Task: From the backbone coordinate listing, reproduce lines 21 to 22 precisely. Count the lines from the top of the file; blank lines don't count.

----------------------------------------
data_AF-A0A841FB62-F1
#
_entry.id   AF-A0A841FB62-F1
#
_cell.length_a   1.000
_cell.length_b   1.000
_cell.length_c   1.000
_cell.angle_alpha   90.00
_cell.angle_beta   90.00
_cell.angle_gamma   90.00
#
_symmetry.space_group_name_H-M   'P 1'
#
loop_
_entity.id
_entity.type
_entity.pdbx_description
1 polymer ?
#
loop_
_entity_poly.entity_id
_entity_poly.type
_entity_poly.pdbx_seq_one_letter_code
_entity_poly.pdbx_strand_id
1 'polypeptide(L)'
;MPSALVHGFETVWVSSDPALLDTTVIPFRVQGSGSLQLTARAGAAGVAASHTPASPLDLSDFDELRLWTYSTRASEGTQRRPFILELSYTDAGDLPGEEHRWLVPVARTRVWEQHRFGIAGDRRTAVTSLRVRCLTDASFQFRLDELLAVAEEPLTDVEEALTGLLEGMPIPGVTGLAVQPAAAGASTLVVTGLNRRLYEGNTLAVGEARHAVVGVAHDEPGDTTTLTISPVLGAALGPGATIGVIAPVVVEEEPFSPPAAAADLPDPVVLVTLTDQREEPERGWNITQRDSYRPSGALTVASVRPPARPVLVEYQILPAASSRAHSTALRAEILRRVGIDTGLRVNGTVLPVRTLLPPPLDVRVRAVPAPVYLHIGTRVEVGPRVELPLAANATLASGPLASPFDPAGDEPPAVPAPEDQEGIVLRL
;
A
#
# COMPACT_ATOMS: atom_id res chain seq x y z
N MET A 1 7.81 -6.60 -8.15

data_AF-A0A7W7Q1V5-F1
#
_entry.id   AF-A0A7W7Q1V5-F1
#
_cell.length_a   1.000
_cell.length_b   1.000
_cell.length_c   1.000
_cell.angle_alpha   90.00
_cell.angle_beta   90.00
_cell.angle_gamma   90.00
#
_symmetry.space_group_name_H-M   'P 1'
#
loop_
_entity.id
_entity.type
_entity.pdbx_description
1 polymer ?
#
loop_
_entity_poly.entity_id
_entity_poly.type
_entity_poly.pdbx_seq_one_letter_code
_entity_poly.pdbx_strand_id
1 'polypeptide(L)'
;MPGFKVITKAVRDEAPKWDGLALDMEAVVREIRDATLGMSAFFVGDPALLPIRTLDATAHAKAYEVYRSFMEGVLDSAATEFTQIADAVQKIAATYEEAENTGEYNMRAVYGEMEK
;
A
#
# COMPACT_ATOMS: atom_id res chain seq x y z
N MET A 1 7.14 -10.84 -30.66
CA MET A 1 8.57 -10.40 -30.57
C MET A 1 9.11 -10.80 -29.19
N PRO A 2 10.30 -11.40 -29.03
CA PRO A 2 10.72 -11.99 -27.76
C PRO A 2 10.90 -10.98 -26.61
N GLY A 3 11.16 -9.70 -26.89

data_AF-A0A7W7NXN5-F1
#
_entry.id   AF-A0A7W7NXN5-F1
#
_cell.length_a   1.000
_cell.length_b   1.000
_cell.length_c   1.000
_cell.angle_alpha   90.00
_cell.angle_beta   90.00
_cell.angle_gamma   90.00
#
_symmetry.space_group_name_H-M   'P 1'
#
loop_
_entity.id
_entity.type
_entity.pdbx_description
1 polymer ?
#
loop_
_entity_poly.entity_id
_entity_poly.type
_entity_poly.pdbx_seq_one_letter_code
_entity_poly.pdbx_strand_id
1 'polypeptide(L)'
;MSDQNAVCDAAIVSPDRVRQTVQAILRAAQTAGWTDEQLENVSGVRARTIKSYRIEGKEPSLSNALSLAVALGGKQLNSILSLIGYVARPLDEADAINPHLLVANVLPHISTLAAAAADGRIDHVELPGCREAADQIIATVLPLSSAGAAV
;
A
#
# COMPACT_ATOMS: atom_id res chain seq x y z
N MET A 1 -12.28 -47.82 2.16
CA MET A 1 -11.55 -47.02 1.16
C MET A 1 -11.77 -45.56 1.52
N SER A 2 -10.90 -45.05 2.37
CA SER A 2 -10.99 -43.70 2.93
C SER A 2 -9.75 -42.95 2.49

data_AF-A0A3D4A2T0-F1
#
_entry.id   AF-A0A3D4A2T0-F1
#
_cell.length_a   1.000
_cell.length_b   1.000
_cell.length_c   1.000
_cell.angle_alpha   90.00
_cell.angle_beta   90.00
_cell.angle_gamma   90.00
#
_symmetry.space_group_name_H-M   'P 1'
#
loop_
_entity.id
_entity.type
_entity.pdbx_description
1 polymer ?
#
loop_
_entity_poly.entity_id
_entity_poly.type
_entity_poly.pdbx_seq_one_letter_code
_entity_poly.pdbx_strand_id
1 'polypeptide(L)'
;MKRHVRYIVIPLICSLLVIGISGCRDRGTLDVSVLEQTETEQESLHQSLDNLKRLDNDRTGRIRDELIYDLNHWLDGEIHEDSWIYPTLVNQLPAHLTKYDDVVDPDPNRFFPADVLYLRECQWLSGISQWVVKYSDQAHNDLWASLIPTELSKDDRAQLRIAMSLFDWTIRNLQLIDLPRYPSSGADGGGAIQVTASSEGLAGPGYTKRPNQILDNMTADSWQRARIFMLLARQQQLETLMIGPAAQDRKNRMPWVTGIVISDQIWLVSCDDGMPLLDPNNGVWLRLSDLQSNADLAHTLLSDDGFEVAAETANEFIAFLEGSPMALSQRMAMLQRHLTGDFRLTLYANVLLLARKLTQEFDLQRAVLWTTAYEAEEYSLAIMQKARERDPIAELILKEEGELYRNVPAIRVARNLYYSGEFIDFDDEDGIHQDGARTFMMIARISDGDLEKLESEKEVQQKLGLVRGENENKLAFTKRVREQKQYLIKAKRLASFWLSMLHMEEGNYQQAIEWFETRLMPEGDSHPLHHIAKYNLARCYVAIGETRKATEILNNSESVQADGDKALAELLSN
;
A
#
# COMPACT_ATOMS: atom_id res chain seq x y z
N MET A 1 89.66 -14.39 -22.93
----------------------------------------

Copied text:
_entity_poly.entity_id
_entity_poly.type